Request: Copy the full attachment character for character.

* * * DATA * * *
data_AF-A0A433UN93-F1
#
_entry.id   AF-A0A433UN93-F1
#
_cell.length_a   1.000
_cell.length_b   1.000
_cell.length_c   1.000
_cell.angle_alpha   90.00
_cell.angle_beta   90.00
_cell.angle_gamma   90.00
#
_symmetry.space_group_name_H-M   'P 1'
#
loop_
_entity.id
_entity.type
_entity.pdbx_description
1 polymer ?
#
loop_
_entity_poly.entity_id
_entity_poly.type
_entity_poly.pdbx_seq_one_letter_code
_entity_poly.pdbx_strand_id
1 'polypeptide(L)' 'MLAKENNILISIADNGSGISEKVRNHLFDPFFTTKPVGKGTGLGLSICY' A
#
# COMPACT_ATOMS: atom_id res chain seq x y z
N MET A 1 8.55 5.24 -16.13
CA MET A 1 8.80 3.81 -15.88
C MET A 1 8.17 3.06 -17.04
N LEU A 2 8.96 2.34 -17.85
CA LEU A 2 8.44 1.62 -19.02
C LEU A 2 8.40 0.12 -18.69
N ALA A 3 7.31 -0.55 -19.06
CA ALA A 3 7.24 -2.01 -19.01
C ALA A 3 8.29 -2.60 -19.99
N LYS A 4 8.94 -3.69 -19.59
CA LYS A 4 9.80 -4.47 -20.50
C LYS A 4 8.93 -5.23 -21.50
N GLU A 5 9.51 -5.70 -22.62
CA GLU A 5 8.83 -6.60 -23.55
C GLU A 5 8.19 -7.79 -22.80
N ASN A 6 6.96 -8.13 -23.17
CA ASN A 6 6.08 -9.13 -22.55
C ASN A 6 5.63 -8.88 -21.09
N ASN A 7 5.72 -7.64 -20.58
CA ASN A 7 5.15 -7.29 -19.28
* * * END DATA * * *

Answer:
data_AF-A0A433UN93-F1
#
_entry.id   AF-A0A433UN93-F1
#
_cell.length_a   1.000
_cell.length_b   1.000
_cell.length_c   1.000
_cell.angle_alpha   90.00
_cell.angle_beta   90.00
_cell.angle_gamma   90.00
#
_symmetry.space_group_name_H-M   'P 1'
#
loop_
_entity.id
_entity.type
_entity.pdbx_description
1 polymer ?
#
loop_
_entity_poly.entity_id
_entity_poly.type
_entity_poly.pdbx_seq_one_letter_code
_entity_poly.pdbx_strand_id
1 'polypeptide(L)' 'MLAKENNILISIADNGSGISEKVRNHLFDPFFTTKPVGKGTGLGLSICY' A
#
# COMPACT_ATOMS: atom_id res chain seq x y z
N MET A 1 8.55 5.24 -16.13
CA MET A 1 8.80 3.81 -15.88
C MET A 1 8.17 3.06 -17.04
N LEU A 2 8.96 2.34 -17.85
CA LEU A 2 8.44 1.62 -19.02
C LEU A 2 8.40 0.12 -18.69
N ALA A 3 7.31 -0.55 -19.06
CA ALA A 3 7.24 -2.01 -19.01
C ALA A 3 8.29 -2.60 -19.99
N LYS A 4 8.94 -3.69 -19.59
CA LYS A 4 9.80 -4.47 -20.50
C LYS A 4 8.93 -5.23 -21.50
N GLU A 5 9.51 -5.70 -22.62
CA GLU A 5 8.83 -6.60 -23.55
C GLU A 5 8.19 -7.79 -22.80
N ASN A 6 6.96 -8.13 -23.17
CA ASN A 6 6.08 -9.13 -22.55
C ASN A 6 5.63 -8.88 -21.09
N ASN A 7 5.72 -7.64 -20.58
CA ASN A 7 5.15 -7.29 -19.28